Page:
As I watch the carnage on TV, women and children writhing in death as bombs rain down on their homes, I wonder why. The answers don’t come easily. This time it’s Syria that’s in tumult, and it looks like the most horrific conflict yet. The quick response is to ask why the world is standing by as the blood flows in the streets. What makes Syria so different from Libya? NATO did not balk at intervening in Libya, bringing down the Gaddafi regime and causing the dictator’s death.
The United Nations was blocked from intervening in Syria by Russia and China, which have veto power in the Security Council. Why the veto?
One answer appears to be the huge sale of Russian arms to Bashar al Assad, the ruthless dictator who is massacring his people. China also sells arms to Assad, though not nearly as much as Russia. Do I think Russia and China would prevent the world from helping Assad’s hapless victims because of the money they get rom him? What else can I think?
What if the bombs and bullets ripping through those Syrian homes were made in the USA? Would America have said no to the UN’s rescue proposal?
I hate to think so. But there are other repressive regimes in the world, other dictators who would not hesitate to massacre their subjects. And some of them get their weapons from America.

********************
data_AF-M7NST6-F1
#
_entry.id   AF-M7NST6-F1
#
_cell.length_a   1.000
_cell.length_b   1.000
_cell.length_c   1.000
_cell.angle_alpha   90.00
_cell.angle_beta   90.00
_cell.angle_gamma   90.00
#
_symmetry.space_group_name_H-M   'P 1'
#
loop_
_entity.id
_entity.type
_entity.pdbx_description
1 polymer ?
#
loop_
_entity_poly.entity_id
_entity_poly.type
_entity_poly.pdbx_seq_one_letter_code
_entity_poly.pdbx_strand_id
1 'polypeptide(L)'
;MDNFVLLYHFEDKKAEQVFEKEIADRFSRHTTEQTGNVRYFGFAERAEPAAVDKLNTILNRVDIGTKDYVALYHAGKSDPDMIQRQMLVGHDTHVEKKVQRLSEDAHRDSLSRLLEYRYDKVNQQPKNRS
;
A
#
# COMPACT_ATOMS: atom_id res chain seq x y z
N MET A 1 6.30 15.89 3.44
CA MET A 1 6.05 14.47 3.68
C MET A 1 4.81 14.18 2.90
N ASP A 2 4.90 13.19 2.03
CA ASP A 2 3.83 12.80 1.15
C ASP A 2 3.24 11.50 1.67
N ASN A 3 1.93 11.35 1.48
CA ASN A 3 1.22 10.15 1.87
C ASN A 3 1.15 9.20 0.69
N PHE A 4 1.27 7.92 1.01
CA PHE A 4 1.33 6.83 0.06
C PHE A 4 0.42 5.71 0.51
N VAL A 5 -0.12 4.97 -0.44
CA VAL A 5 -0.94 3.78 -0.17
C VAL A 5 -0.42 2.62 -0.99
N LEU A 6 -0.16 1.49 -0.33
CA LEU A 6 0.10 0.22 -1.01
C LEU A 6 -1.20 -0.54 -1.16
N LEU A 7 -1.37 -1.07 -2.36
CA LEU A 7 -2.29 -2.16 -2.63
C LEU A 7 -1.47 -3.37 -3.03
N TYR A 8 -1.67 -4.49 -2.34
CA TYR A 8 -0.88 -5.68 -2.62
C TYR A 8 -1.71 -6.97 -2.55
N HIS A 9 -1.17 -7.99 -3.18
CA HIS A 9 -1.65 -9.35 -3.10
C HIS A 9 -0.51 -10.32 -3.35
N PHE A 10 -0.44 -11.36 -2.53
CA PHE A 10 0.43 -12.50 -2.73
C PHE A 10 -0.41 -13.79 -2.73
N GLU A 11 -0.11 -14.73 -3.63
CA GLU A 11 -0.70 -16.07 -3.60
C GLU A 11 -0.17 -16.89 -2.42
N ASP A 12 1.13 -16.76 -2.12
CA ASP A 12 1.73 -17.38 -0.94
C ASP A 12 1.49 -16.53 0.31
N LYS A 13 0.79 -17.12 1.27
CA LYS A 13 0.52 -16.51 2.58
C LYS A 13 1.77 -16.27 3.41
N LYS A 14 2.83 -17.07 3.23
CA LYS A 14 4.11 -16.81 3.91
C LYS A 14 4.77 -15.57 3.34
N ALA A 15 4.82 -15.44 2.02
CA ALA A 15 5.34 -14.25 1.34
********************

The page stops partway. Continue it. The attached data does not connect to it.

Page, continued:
America is by far the world’s largest arms supplier. And the world spends more on arms than on food – more than a trillion dollars a year.
Here’s a table I found on the web:
|Supplier||Total Sales in US $ (billions)||Percent of total sales|
I don’t know the details; the arms trade is shrouded in secrecy and critics say it’s among the most corrupt operations in the world. We hear details only when a massive deal is struck – like the recent multibillion-dollar sale of fighter jets to Saudi Arabia.
From what I read on the web, the militaryindustrial complex is spread across America, providing jobs and economic support for just about every congressional district. The idea that Congress might want to cut back “defense spending” is laughable. And so is the idea that the production of weapons is driven solely by the country’s security needs.
It’s all about money. The industry does 80 to 90 percent of its business with the Pentagon. Congress budgeted $725 billion for “defense” in 2011.
Now, with the war in Iraq at an end and an imminent drawdown of troops in Afghanistan, the American war machine faces a decline in domestic demand .
I wonder if that has anything to do with the clamor for war with Iran?
And the conflageration in the Middle East?
Picture above shows proesters” Assad poster.